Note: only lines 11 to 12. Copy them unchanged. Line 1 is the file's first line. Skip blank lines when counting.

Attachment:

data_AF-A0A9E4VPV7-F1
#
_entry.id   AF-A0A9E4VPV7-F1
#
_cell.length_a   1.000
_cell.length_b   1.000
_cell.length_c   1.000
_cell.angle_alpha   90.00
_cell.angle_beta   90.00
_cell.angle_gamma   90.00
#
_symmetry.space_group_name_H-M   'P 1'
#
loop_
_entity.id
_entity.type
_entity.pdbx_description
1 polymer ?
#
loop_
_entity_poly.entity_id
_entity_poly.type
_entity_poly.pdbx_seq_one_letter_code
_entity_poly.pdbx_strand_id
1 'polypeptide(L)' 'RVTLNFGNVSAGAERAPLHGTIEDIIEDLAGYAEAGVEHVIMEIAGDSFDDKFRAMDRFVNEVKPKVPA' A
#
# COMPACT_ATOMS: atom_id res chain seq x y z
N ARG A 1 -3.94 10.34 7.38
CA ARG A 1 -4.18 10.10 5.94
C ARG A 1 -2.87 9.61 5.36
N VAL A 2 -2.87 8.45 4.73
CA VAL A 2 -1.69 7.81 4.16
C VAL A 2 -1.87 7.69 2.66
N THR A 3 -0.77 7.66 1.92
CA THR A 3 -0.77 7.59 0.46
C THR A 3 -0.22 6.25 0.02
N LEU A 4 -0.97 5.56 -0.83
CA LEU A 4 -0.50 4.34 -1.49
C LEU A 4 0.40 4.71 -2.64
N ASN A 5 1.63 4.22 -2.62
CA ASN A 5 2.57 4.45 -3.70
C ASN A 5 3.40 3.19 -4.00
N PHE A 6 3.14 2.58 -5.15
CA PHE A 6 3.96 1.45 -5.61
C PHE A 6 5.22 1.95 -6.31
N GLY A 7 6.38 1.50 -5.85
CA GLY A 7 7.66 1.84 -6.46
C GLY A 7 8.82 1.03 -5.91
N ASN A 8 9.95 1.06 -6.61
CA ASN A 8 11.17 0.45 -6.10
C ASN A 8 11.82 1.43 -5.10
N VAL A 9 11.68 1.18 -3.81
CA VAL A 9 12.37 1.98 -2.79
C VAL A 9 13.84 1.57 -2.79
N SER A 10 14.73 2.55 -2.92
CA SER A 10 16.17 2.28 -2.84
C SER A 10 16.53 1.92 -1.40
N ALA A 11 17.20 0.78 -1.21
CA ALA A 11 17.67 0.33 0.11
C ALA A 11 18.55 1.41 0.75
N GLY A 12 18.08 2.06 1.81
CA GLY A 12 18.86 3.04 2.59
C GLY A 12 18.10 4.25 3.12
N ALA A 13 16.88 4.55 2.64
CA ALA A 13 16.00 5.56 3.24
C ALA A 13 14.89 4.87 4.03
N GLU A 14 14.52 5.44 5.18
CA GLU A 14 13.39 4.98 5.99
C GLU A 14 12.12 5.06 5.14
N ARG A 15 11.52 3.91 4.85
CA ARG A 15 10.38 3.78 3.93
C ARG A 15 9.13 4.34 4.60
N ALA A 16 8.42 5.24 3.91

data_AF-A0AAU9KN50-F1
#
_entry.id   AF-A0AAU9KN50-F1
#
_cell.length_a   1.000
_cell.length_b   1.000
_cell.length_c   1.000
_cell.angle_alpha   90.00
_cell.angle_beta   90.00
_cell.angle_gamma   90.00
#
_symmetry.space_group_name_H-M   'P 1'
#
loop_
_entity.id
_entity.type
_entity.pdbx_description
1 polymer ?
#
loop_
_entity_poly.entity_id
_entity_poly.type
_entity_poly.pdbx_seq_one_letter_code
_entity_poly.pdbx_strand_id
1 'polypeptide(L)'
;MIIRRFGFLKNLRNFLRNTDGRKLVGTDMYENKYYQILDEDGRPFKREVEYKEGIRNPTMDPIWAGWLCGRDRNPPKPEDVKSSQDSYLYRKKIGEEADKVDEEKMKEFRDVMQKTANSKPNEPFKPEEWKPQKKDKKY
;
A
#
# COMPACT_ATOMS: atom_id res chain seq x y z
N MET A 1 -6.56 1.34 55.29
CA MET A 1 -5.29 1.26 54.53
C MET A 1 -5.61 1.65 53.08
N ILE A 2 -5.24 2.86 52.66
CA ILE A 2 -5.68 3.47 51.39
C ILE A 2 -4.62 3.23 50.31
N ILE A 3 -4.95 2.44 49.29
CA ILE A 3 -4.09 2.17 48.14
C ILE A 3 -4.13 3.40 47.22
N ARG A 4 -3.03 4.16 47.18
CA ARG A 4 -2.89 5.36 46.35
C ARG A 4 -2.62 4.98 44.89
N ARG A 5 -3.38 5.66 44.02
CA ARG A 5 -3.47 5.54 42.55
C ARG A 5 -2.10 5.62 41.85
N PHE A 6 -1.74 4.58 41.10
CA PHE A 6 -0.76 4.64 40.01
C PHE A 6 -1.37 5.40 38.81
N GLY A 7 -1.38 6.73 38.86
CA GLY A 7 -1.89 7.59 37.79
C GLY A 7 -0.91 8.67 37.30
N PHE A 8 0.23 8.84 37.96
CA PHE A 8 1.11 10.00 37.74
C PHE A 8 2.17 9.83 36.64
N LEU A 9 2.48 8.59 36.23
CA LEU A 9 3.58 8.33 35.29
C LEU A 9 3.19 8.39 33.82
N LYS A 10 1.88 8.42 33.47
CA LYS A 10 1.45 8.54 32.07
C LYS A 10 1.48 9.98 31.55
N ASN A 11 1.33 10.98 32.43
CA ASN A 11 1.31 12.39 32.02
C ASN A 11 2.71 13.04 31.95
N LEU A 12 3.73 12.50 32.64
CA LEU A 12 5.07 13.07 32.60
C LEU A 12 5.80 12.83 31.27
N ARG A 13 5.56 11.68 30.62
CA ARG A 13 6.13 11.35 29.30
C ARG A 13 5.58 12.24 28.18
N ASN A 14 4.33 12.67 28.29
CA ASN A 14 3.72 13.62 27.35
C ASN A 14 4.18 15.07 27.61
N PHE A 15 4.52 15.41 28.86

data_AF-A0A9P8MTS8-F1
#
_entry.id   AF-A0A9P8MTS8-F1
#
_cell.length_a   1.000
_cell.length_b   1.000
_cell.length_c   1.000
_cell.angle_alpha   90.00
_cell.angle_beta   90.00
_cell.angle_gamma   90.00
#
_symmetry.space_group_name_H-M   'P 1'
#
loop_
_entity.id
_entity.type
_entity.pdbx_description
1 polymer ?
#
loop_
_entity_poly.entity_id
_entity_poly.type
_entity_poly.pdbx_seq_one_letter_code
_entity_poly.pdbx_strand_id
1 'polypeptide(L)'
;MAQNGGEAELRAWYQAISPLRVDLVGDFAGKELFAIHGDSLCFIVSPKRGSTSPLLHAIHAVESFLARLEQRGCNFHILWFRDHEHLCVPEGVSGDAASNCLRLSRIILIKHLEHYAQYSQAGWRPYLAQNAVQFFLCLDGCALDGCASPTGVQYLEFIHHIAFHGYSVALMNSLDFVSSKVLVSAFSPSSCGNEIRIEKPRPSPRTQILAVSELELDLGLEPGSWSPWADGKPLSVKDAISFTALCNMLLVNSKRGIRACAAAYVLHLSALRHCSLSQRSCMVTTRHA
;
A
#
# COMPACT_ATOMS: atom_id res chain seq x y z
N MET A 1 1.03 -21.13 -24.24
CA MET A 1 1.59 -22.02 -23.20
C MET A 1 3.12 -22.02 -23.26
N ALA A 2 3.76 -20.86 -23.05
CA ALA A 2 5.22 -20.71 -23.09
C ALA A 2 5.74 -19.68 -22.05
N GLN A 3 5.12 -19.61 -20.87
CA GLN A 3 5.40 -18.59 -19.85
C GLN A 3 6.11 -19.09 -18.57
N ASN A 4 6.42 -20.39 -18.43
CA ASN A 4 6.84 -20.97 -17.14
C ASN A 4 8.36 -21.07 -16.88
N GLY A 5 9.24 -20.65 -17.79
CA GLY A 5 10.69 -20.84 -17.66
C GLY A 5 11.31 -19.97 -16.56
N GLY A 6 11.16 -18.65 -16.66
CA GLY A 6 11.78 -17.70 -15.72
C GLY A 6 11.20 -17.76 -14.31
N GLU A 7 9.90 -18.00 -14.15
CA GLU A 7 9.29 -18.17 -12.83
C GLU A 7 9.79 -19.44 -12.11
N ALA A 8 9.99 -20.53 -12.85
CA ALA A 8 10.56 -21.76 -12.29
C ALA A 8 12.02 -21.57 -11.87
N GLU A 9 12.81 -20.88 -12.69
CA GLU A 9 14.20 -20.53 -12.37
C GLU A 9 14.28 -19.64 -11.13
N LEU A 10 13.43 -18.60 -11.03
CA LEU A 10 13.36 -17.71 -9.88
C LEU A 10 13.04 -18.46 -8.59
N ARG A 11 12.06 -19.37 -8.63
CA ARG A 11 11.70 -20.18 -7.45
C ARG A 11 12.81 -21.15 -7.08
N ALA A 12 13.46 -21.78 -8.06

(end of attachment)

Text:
#
_symmetry.space_group_name_H-M   'P 1'